Objective: Whether ambulance transport patterns are optimized to match children to high-readiness emergency departments (EDs) and the resulting effect on survival are unknown. We quantified the number of children transported by 9-1-1 emergency medical services (EMS) to high-readiness EDs, additional children within 30 minutes of a high-readiness ED, and the estimated effect on survival. Methods: This was a cross-sectional study using data from the National EMS Information System for 5,461 EMS agencies in 28 states from 1/1/2012 through 12/31/2019, matched to the 2013 National Pediatric Readiness Project assessment of ED pediatric readiness. We performed a geospatial analysis of children 0 to 17 years requiring 9-1-1 EMS transport to acute care hospitals, including day-, time-, and traffic-adjusted estimates for driving times to all EDs within 30 minutes of the scene. We categorized receiving hospitals by quartile of ED pediatric readiness using the weighted Pediatric Readiness Score (wPRS, range 0-100) and defined a high-risk subgroup of children as a proxy for admission. We used published estimates for the survival benefit of high readiness EDs to estimate the number of lives saved. Results: There were 808,536 children transported by EMS, of whom 253,541 (31.4%) were high-risk. Among the 2,261 receiving hospitals, the median wPRS was 70 (IQR 57-85, range 26-100) and the median number of receiving hospitals within 30 minutes was 4 per child (IQR 2-11, range 1 to 53). Among all children, 411,685 (50.9%) were taken to EDs in the highest quartile of pediatric readiness, and 180,547 (22.3%) children transported to lower readiness EDs were within 30 minutes of a high readiness ED. Findings were similar among high-risk children. Based on high-risk children, we estimated that 3,050 pediatric lives were saved by transport to high-readiness EDs and an additional 1,719 lives could have been saved by shifting transports to high readiness EDs within 30 minutes. Conclusions: Approximately half of children transported by EMS were taken to high-readiness EDs and an additional one quarter could have been transported to such an ED, with measurable effect on survival.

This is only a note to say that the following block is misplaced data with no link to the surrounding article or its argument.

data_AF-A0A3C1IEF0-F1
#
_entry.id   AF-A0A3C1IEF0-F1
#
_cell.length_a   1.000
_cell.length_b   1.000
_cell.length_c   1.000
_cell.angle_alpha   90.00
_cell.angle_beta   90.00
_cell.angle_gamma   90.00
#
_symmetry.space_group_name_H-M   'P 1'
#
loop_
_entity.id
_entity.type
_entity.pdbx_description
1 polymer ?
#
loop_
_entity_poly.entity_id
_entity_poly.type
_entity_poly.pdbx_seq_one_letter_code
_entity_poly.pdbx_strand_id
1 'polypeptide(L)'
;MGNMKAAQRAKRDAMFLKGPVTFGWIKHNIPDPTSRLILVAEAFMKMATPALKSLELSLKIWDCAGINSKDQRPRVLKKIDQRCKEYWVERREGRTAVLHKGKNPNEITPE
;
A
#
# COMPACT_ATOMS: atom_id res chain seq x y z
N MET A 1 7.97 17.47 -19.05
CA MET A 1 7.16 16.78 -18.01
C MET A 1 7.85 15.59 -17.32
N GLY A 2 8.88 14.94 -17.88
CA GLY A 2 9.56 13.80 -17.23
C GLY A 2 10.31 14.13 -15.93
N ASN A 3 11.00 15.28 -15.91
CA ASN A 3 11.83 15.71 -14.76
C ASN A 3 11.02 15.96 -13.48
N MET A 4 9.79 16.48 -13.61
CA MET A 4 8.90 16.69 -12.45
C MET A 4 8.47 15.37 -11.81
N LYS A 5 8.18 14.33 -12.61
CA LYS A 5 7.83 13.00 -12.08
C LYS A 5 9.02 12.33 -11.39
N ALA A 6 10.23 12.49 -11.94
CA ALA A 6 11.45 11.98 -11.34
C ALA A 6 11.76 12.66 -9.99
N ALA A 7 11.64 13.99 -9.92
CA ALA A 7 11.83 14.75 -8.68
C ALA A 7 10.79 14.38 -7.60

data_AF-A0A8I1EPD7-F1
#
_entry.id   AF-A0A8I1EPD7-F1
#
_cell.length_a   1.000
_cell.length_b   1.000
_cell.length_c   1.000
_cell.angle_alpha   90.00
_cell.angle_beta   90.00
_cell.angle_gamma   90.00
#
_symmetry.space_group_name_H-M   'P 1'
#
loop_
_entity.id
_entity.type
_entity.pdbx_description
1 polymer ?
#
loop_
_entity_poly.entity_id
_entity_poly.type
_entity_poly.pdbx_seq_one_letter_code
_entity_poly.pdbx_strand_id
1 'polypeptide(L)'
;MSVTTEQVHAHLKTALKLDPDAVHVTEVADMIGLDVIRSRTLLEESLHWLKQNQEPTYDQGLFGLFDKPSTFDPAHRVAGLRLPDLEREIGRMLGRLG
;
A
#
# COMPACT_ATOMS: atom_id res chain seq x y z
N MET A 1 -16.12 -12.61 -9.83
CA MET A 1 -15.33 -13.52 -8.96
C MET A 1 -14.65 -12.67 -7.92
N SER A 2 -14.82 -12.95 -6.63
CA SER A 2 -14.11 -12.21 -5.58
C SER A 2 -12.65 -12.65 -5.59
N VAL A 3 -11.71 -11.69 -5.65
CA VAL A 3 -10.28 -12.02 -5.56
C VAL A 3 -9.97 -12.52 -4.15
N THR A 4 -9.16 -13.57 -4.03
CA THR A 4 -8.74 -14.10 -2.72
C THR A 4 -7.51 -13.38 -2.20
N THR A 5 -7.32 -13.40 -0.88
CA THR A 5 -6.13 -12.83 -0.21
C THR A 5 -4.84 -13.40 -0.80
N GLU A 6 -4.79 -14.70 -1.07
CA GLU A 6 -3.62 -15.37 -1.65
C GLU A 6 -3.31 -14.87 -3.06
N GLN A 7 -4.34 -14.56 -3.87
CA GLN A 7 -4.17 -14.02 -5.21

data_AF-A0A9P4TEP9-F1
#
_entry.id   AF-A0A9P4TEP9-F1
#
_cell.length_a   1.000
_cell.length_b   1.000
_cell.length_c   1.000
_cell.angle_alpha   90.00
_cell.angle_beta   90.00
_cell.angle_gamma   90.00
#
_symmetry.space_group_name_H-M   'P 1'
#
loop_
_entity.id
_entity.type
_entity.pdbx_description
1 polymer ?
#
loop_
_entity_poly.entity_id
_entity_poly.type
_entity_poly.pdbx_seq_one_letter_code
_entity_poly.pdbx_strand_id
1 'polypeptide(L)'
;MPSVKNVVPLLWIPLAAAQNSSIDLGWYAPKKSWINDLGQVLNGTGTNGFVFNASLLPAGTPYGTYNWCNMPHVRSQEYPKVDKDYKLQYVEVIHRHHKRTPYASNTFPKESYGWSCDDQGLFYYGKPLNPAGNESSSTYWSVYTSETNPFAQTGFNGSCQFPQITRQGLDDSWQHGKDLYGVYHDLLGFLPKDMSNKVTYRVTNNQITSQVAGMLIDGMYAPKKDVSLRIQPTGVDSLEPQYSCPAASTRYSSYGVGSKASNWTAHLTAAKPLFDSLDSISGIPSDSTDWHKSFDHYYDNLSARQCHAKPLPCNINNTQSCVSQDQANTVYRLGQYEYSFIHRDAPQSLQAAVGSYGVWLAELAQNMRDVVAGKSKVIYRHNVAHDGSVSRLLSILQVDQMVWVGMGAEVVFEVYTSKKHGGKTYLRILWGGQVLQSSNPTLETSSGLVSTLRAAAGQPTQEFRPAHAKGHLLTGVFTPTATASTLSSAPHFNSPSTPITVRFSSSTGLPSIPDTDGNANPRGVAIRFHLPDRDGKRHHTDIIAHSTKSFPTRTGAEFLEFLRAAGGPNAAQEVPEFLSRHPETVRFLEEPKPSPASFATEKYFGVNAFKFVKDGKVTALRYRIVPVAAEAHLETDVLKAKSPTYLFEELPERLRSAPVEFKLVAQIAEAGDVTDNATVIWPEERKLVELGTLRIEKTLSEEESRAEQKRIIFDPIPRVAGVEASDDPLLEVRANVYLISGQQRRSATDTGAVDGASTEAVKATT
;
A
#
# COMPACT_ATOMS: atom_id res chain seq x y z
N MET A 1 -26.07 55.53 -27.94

ASJC Scopus subject areas
- Emergency Medicine